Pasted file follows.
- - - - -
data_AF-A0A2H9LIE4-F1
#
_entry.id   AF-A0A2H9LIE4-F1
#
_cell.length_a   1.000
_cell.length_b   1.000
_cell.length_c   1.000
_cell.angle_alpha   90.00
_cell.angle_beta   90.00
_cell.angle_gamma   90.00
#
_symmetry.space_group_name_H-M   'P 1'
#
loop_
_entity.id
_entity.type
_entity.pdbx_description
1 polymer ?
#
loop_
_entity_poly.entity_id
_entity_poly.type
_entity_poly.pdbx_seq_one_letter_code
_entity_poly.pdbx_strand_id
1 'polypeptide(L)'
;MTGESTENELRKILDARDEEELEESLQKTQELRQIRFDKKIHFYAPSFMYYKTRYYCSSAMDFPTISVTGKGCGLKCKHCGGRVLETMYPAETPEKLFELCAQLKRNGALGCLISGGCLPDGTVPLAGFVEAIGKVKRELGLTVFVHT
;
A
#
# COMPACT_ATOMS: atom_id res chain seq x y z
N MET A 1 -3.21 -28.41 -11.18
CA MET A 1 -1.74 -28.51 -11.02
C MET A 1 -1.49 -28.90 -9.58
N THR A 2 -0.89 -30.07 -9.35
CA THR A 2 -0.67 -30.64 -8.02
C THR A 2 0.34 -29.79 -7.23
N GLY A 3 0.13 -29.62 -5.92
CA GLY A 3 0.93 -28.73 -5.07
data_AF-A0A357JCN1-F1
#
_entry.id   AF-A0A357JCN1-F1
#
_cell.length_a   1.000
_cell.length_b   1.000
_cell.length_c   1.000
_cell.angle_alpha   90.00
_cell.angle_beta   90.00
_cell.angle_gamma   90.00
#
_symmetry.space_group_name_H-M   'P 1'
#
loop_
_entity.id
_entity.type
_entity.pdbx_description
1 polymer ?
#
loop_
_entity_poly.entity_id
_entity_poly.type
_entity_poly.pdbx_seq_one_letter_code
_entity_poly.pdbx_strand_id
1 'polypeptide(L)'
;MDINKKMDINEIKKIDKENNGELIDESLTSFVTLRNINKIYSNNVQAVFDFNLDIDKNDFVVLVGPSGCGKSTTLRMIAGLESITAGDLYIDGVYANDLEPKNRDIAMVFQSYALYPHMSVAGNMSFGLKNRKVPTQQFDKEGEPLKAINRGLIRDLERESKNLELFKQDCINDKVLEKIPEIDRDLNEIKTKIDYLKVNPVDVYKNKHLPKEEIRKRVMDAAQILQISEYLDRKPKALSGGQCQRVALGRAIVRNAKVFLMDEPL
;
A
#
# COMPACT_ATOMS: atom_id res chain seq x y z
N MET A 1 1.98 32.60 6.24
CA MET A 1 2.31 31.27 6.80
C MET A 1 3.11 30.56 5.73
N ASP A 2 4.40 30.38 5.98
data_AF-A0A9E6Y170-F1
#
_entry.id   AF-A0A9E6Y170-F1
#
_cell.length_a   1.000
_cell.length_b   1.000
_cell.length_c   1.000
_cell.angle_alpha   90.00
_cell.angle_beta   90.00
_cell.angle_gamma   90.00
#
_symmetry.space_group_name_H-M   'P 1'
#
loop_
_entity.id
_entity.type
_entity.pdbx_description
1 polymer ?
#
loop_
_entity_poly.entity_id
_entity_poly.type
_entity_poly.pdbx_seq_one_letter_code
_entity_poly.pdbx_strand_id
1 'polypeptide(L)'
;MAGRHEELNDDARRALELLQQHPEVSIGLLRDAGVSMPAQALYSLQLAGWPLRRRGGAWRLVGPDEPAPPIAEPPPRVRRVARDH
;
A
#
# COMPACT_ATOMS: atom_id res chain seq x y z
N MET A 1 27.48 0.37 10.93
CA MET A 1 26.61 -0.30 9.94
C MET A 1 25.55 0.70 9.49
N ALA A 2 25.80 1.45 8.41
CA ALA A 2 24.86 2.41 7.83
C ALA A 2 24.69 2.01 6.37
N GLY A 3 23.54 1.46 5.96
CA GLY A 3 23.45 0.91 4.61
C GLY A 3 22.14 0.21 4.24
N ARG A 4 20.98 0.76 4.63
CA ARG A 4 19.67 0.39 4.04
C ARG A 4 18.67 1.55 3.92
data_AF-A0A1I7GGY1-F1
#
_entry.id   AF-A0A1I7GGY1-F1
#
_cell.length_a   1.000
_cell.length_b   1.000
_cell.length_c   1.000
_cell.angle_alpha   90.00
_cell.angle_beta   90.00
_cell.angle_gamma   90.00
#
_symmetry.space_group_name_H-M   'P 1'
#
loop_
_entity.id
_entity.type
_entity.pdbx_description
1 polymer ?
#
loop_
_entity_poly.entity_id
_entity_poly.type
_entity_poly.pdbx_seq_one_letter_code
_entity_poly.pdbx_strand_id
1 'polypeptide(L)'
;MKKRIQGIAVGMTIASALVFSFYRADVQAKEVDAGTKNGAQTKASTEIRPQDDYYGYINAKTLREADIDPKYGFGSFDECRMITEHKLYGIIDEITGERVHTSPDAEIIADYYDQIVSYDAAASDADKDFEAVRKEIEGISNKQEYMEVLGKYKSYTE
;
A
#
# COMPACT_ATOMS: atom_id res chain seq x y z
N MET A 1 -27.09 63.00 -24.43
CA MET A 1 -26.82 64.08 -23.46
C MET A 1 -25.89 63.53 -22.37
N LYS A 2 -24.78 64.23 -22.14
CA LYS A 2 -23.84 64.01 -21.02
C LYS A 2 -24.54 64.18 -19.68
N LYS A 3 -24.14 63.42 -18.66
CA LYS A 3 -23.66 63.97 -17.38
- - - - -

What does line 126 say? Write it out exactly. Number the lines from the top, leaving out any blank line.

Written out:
_symmetry.space_group_name_H-M   'P 1'